Runway Safety, Fatigue Land on Canada TSB Watchlist

 - October 30, 2018, 10:17 AM

The Transportation Safety Board of Canada (TSB) released its released its fifth annual “Watchlist” yesterday, identifying seven key issues requiring government and industry’s attention to make Canada’s transportation system safer. Two of these are specific to aviation—runway overruns and risk of collisions on runways—while employee fatigue was cited by TSB as a concern for all transportation modes. The agency removed unstable approaches continued to a landing from its list.

“A major safety hazard…is employee fatigue,” the TSB said, adding that it is pervasive in a 24/7 industry where crews can work long and irregular schedules across multiple time zones. In fact, fatigue has been found to be a risk or contributing factor in more than 90 TSB investigations since 1992. To combat this issue, it called for “adequate duty-time regulations based on fatigue science, fatigue management plans that are tailored to company operations, and awareness training for employees and managers.”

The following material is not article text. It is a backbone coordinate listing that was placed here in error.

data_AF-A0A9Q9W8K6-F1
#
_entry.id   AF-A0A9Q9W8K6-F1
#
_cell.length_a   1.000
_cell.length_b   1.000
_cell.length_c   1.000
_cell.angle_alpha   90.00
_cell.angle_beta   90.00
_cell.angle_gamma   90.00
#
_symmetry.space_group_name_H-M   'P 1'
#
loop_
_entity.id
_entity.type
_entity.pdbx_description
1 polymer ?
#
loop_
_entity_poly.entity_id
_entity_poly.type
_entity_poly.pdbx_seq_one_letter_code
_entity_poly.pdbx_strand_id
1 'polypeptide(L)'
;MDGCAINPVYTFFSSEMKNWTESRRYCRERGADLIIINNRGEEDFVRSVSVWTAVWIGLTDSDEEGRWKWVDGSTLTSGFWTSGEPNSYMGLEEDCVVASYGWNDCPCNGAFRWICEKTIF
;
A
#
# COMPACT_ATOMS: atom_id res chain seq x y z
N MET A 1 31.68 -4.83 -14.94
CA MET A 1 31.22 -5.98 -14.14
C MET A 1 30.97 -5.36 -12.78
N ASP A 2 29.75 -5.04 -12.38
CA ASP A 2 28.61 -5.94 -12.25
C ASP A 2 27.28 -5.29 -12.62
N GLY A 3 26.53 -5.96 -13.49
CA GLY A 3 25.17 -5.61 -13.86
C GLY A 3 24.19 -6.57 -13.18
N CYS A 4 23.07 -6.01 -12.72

Runway overruns and the risk of collisions from runway incursions are repeats from last year’s watchlist. According to the TSB, there are an average of nine overrun accidents and incidents annually. Thus, it is asking operators of airports with runways exceeding 5,906 feet to conduct overrun risk assessments, as well as for Transport Canada to adopt ICAO standards for runway-end safety areas.

From 2013 to 2017, Nav Canada recorded an average of 445 runway incursions each year, with 21 high-severity events recorded in each of the past two years. “Solutions could include improvements in air traffic control procedures, surveillance and warning systems, runway and taxiway designs, holding position visual aids, and flight crew training and procedures,” the TSB said. “Modern technical solutions, such as in-cockpit electronic situational awareness aids, and direct-to-pilot warnings, such as runway status lights, should also be implemented.”